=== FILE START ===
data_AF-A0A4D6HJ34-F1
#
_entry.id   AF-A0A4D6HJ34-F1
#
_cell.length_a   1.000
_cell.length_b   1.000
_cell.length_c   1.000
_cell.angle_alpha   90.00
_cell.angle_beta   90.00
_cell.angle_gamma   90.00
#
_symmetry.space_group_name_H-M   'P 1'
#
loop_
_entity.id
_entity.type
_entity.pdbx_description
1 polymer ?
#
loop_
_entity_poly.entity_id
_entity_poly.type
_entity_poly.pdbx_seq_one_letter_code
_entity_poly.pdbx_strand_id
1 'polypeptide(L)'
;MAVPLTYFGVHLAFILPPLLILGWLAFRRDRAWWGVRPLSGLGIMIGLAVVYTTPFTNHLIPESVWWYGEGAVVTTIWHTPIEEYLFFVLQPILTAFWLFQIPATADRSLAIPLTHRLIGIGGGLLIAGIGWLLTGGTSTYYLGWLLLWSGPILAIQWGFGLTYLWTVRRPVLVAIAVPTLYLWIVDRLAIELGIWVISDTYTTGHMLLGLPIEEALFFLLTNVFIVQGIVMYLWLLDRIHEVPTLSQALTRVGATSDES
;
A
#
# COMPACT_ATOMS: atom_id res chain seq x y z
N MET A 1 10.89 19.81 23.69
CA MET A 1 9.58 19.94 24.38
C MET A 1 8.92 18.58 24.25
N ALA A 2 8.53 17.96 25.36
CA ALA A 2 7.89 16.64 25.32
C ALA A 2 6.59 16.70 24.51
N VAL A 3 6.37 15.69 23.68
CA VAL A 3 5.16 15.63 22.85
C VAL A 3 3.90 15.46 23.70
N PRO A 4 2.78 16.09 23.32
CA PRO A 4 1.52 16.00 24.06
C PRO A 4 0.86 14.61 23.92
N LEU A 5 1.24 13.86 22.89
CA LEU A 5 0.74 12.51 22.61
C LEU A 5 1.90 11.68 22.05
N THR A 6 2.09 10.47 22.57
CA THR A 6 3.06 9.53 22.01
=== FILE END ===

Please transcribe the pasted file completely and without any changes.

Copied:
data_AF-A0A4D6HJ34-F1
#
_entry.id   AF-A0A4D6HJ34-F1
#
_cell.length_a   1.000
_cell.length_b   1.000
_cell.length_c   1.000
_cell.angle_alpha   90.00
_cell.angle_beta   90.00
_cell.angle_gamma   90.00
#
_symmetry.space_group_name_H-M   'P 1'
#
loop_
_entity.id
_entity.type
_entity.pdbx_description
1 polymer ?
#
loop_
_entity_poly.entity_id
_entity_poly.type
_entity_poly.pdbx_seq_one_letter_code
_entity_poly.pdbx_strand_id
1 'polypeptide(L)'
;MAVPLTYFGVHLAFILPPLLILGWLAFRRDRAWWGVRPLSGLGIMIGLAVVYTTPFTNHLIPESVWWYGEGAVVTTIWHTPIEEYLFFVLQPILTAFWLFQIPATADRSLAIPLTHRLIGIGGGLLIAGIGWLLTGGTSTYYLGWLLLWSGPILAIQWGFGLTYLWTVRRPVLVAIAVPTLYLWIVDRLAIELGIWVISDTYTTGHMLLGLPIEEALFFLLTNVFIVQGIVMYLWLLDRIHEVPTLSQALTRVGATSDES
;
A
#
# COMPACT_ATOMS: atom_id res chain seq x y z
N MET A 1 10.89 19.81 23.69
CA MET A 1 9.58 19.94 24.38
C MET A 1 8.92 18.58 24.25
N ALA A 2 8.53 17.96 25.36
CA ALA A 2 7.89 16.64 25.32
C ALA A 2 6.59 16.70 24.51
N VAL A 3 6.37 15.69 23.68
CA VAL A 3 5.16 15.63 22.85
C VAL A 3 3.90 15.46 23.70
N PRO A 4 2.78 16.09 23.32
CA PRO A 4 1.52 16.00 24.06
C PRO A 4 0.86 14.61 23.92
N LEU A 5 1.24 13.86 22.89
CA LEU A 5 0.74 12.51 22.61
C LEU A 5 1.90 11.68 22.05
N THR A 6 2.09 10.47 22.57
CA THR A 6 3.06 9.53 22.01